How many people do you know who are struggling with money? Very few of us are fat cats and most of us would like to spend less, save more. There’s power in numbers. Could creating your own mini money-saving community be a good financial move?
Getting your money saving compatriots together
It isn’t always easy to admit you’re struggling. The first step is to acknowledge you could do with support and bring other people on board. Then you can take steps to change things. Even if you’re comfortably off, joining in means you save money that you might otherwise waste – always a good thing.
Here are a bunch of reasons why it’s such a cool idea, whatever your motivation, and some ways to make it work. Next time you hook up with friends, family and even work colleagues, there’s plenty to discuss.
Every organisation needs a boss. Figure out who’ll make the best leader. It will probably become apparent pretty quickly, since born leaders tend to take things into their own hands naturally. Then make group members responsible for organising different areas of your money saving quest.
Taking turns is a big part of group money saving. Rotas are important to make sure the cost of tasks is spread fairly throughout the community. If you have a financial or business whiz amongst you, they will probably have clever ideas about how to make that side of it work.
Publicising the idea
The more of you there are, the better. You could stay small, neat and intimate or publicise the idea by sending your local paper a press release, setting up a simple website, approaching your local radio station and putting up posters in libraries, community centres, cafes and so on.
Saving money communally
- Buying local – Buying local means fewer fuel miles and less cash on petrol. If you arrange big weekly local shopping sessions or trips to town between you, on a rota, you do fewer car journeys
- Growing local – Can you all share the cost of the green fingered amongst you growing veg for your community?
- Buying in bulk – Get yourselves a wholesale card and buy the basics in bulk once a month for huge savings. Take turns going to the warehouse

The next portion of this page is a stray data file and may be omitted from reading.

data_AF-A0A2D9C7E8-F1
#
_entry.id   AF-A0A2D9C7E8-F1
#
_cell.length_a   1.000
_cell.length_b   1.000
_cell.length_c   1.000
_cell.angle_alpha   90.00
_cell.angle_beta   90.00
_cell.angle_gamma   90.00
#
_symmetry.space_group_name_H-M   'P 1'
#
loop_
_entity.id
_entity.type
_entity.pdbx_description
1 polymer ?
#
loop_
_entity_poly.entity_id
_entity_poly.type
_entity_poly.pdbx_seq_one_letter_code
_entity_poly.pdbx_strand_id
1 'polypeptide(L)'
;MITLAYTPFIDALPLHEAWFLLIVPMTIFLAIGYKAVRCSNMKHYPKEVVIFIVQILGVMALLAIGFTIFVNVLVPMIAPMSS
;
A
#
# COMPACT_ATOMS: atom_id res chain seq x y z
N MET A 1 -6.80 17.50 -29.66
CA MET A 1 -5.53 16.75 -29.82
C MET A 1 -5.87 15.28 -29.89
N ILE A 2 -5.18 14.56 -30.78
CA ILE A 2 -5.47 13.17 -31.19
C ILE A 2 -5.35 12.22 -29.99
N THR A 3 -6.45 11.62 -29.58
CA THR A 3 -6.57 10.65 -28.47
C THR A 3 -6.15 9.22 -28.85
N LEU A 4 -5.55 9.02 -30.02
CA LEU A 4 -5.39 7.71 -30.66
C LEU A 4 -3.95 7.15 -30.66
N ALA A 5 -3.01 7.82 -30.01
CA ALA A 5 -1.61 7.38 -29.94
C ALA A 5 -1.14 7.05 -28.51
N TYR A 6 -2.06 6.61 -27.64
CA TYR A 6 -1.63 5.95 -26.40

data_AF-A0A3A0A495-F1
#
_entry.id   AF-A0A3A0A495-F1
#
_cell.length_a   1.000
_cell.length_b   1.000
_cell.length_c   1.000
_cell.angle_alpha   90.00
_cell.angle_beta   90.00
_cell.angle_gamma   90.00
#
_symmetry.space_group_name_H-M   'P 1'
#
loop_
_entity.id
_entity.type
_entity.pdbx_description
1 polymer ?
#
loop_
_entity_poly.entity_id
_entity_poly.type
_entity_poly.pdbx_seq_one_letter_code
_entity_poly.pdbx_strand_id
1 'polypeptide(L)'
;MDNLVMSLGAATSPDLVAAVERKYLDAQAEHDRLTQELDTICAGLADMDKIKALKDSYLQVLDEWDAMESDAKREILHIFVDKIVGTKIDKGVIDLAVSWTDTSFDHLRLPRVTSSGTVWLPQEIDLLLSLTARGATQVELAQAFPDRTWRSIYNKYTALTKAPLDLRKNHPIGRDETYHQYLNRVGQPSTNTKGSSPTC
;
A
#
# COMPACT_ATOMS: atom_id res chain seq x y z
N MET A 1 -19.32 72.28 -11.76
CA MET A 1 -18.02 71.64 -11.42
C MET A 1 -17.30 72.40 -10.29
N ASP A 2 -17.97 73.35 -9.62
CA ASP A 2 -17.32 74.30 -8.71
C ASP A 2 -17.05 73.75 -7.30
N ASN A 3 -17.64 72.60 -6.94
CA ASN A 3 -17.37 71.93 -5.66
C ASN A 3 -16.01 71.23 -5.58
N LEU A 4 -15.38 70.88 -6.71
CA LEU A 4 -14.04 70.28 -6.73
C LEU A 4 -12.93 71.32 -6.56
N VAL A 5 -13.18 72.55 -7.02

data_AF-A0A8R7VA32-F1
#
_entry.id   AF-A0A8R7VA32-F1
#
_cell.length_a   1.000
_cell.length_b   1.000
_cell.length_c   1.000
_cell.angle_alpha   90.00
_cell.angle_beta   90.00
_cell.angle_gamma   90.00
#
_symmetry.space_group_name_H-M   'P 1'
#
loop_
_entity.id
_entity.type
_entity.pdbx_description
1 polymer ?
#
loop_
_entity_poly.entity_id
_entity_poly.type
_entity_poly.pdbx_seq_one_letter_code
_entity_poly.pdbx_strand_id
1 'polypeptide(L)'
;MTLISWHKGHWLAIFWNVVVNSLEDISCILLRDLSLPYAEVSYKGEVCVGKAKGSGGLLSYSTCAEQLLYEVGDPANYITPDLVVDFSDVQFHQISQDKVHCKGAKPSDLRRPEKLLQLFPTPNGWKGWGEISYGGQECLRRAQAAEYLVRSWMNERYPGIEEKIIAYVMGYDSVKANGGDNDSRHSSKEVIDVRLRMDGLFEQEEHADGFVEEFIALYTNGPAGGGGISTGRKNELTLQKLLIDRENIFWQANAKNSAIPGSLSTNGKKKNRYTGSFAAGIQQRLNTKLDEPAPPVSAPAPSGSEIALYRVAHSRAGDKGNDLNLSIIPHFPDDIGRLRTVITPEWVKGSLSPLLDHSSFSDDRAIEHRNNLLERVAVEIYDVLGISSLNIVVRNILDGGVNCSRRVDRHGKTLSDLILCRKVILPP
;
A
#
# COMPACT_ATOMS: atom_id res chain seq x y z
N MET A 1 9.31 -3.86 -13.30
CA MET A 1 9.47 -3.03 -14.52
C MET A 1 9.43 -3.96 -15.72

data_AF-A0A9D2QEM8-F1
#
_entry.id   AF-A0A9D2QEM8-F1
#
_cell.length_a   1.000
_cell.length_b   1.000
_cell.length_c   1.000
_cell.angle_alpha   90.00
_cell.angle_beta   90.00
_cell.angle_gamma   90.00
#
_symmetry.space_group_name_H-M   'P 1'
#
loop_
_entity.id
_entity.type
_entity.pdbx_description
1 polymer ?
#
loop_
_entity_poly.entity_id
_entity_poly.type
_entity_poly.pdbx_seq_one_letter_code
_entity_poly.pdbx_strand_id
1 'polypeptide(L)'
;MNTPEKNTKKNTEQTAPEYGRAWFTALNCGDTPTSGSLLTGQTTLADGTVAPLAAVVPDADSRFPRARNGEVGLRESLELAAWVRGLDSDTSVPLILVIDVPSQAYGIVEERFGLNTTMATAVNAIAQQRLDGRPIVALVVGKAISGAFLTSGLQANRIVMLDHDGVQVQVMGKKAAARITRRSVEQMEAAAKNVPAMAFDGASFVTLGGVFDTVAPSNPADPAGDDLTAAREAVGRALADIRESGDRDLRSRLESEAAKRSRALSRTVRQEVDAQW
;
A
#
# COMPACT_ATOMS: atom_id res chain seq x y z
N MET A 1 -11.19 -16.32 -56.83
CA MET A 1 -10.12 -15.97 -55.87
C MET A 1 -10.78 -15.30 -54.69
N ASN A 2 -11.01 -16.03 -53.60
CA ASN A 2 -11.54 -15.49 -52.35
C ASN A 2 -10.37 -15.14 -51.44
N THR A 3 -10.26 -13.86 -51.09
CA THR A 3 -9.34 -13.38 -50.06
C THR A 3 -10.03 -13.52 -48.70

- Making deals – If you all need the same kind of goods or services at the same time, you can negotiate good £££ deals
- Saving on deliveries – Who stays home? Use them as a common delivery point for everyone’s online purchases so you don’t have to drive to the depot or Post Office to pick stuff up at weekends and after work.
- Communal online shopping – This one’s for small groups. If you can get your organisational act together you could save a great deal of money on online delivery charges. At Tesco they’re anything from £3 to £6 per shop. If just five of you pool your weekly shop and you usually pay £4 each for delivery, you’ll save £80 a month between you. It’s great when you live close together because it’s easy to pop round and pick up your stuff
- Lending and borrowing – Now you have a large pool of like-minded people to borrow from and lend to. Which means you don’t need to buy things like lawn mowers, power tools, even vehicles
- Mending stuff – Who can mend stuff? Call on talented community members to mend anything from your computer to your tumble drier. You could barter services between you rather than paying one another, or set up a community discount scheme between you
- Tip runs – Nominate a different person to take everyone’s junk to the local tip once a month and save cash on petrol as well as expensive rubbish collection services
- Swap shop – Hold a community swap shop twice a year and exchange the things you don’t need. It’s also a great excuse to get together and socialise
- Car share – Cut transport costs by car sharing on the school run, shopping trips and commutes
- Garden swaps – Need plants? Someone is bound to give you cuttings, seeds or unwanted mature specimens
Whether you restrict your money saving group to friends and family or take it further and involve the wider community, pooling your resources should save you a lot of cash. It could also be great fun, an excellent way to meet new people.